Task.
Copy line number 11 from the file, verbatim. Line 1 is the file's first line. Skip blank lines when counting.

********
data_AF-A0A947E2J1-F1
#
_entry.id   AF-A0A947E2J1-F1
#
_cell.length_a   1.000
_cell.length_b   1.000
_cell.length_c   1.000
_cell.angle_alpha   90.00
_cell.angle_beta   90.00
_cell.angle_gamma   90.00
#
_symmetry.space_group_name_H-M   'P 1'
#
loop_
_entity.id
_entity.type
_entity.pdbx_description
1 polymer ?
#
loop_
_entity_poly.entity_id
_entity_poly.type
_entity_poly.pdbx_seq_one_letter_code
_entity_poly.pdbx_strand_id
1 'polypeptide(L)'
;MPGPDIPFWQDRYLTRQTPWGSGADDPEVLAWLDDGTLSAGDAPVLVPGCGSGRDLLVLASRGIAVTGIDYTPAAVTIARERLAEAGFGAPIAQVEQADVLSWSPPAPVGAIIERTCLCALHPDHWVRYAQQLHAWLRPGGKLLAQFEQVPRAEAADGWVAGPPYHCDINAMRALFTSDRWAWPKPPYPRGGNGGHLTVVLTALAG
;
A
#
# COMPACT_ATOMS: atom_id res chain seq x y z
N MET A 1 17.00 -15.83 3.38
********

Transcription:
#